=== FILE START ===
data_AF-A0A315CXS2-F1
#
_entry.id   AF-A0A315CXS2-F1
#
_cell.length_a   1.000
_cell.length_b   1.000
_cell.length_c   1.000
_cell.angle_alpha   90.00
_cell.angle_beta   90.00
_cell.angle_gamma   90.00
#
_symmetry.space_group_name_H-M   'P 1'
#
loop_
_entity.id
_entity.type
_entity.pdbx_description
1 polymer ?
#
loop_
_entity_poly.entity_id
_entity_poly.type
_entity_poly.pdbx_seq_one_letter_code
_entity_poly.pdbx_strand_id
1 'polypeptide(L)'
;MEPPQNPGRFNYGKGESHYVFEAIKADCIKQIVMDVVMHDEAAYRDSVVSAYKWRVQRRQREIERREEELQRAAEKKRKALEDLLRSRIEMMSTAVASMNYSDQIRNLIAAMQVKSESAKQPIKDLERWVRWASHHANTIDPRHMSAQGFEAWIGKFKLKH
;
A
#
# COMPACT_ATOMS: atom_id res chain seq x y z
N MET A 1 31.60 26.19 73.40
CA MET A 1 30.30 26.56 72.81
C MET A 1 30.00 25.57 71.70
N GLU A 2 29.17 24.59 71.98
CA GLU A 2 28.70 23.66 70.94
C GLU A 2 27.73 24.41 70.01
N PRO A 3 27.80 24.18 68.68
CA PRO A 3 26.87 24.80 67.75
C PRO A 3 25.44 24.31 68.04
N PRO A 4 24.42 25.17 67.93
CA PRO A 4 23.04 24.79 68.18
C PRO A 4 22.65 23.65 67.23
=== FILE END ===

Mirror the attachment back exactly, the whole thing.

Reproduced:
data_AF-A0A315CXS2-F1
#
_entry.id   AF-A0A315CXS2-F1
#
_cell.length_a   1.000
_cell.length_b   1.000
_cell.length_c   1.000
_cell.angle_alpha   90.00
_cell.angle_beta   90.00
_cell.angle_gamma   90.00
#
_symmetry.space_group_name_H-M   'P 1'
#
loop_
_entity.id
_entity.type
_entity.pdbx_description
1 polymer ?
#
loop_
_entity_poly.entity_id
_entity_poly.type
_entity_poly.pdbx_seq_one_letter_code
_entity_poly.pdbx_strand_id
1 'polypeptide(L)'
;MEPPQNPGRFNYGKGESHYVFEAIKADCIKQIVMDVVMHDEAAYRDSVVSAYKWRVQRRQREIERREEELQRAAEKKRKALEDLLRSRIEMMSTAVASMNYSDQIRNLIAAMQVKSESAKQPIKDLERWVRWASHHANTIDPRHMSAQGFEAWIGKFKLKH
;
A
#
# COMPACT_ATOMS: atom_id res chain seq x y z
N MET A 1 31.60 26.19 73.40
CA MET A 1 30.30 26.56 72.81
C MET A 1 30.00 25.57 71.70
N GLU A 2 29.17 24.59 71.98
CA GLU A 2 28.70 23.66 70.94
C GLU A 2 27.73 24.41 70.01
N PRO A 3 27.80 24.18 68.68
CA PRO A 3 26.87 24.80 67.75
C PRO A 3 25.44 24.31 68.04
N PRO A 4 24.42 25.17 67.93
CA PRO A 4 23.04 24.79 68.18
C PRO A 4 22.65 23.65 67.23